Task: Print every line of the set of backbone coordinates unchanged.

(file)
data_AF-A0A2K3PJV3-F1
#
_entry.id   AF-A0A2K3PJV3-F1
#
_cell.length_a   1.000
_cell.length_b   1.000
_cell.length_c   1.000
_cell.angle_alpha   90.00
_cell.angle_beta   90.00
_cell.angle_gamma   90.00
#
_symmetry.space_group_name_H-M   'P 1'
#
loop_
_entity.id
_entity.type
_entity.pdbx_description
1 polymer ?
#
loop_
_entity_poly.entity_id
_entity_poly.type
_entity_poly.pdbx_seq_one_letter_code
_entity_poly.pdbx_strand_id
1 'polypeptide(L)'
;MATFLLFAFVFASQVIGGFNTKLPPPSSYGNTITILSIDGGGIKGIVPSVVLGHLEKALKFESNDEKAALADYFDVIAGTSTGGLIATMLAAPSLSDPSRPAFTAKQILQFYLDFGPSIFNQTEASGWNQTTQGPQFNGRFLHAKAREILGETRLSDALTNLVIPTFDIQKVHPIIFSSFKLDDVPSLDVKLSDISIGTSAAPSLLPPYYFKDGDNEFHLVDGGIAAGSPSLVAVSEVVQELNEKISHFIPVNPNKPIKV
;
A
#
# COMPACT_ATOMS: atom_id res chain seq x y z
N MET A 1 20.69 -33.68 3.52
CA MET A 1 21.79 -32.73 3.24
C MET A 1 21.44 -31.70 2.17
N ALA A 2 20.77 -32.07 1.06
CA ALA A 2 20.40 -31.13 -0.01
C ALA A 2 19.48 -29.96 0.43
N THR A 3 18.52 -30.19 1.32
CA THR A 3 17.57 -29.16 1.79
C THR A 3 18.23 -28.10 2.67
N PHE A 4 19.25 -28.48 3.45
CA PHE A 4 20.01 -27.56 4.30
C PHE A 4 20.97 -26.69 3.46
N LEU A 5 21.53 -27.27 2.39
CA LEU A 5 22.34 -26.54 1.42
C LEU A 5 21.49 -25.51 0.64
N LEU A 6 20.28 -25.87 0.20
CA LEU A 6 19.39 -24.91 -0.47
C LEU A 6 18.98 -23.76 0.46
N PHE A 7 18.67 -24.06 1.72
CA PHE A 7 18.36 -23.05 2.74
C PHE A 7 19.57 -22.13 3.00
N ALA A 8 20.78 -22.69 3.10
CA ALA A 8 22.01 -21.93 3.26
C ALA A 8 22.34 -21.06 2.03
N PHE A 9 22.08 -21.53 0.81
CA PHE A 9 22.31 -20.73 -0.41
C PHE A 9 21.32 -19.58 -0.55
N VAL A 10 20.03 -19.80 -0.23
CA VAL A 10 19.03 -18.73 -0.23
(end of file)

data_AF-A0A2K3PJV3-F1
#
_entry.id   AF-A0A2K3PJV3-F1
#
_cell.length_a   1.000
_cell.length_b   1.000
_cell.length_c   1.000
_cell.angle_alpha   90.00
_cell.angle_beta   90.00
_cell.angle_gamma   90.00
#
_symmetry.space_group_name_H-M   'P 1'
#
loop_
_entity.id
_entity.type
_entity.pdbx_description
1 polymer ?
#
loop_
_entity_poly.entity_id
_entity_poly.type
_entity_poly.pdbx_seq_one_letter_code
_entity_poly.pdbx_strand_id
1 'polypeptide(L)'
;MATFLLFAFVFASQVIGGFNTKLPPPSSYGNTITILSIDGGGIKGIVPSVVLGHLEKALKFESNDEKAALADYFDVIAGTSTGGLIATMLAAPSLSDPSRPAFTAKQILQFYLDFGPSIFNQTEASGWNQTTQGPQFNGRFLHAKAREILGETRLSDALTNLVIPTFDIQKVHPIIFSSFKLDDVPSLDVKLSDISIGTSAAPSLLPPYYFKDGDNEFHLVDGGIAAGSPSLVAVSEVVQELNEKISHFIPVNPNKPIKV
;
A
#
# COMPACT_ATOMS: atom_id res chain seq x y z
N MET A 1 20.69 -33.68 3.52
CA MET A 1 21.79 -32.73 3.24
C MET A 1 21.44 -31.70 2.17
N ALA A 2 20.77 -32.07 1.06
CA ALA A 2 20.40 -31.13 -0.01
C ALA A 2 19.48 -29.96 0.43
N THR A 3 18.52 -30.19 1.32
CA THR A 3 17.57 -29.16 1.79
C THR A 3 18.23 -28.10 2.67
N PHE A 4 19.25 -28.48 3.45
CA PHE A 4 20.01 -27.56 4.30
C PHE A 4 20.97 -26.69 3.46
N LEU A 5 21.53 -27.27 2.39
CA LEU A 5 22.34 -26.54 1.42
C LEU A 5 21.49 -25.51 0.64
N LEU A 6 20.28 -25.87 0.20
CA LEU A 6 19.39 -24.91 -0.47
C LEU A 6 18.98 -23.76 0.46
N PHE A 7 18.67 -24.06 1.72
CA PHE A 7 18.36 -23.05 2.74
C PHE A 7 19.57 -22.13 3.00
N ALA A 8 20.78 -22.69 3.10
CA ALA A 8 22.01 -21.93 3.26
C ALA A 8 22.34 -21.06 2.03
N PHE A 9 22.08 -21.53 0.81
CA PHE A 9 22.31 -20.73 -0.41
C PHE A 9 21.32 -19.58 -0.55
N VAL A 10 20.03 -19.80 -0.23
CA VAL A 10 19.03 -18.73 -0.23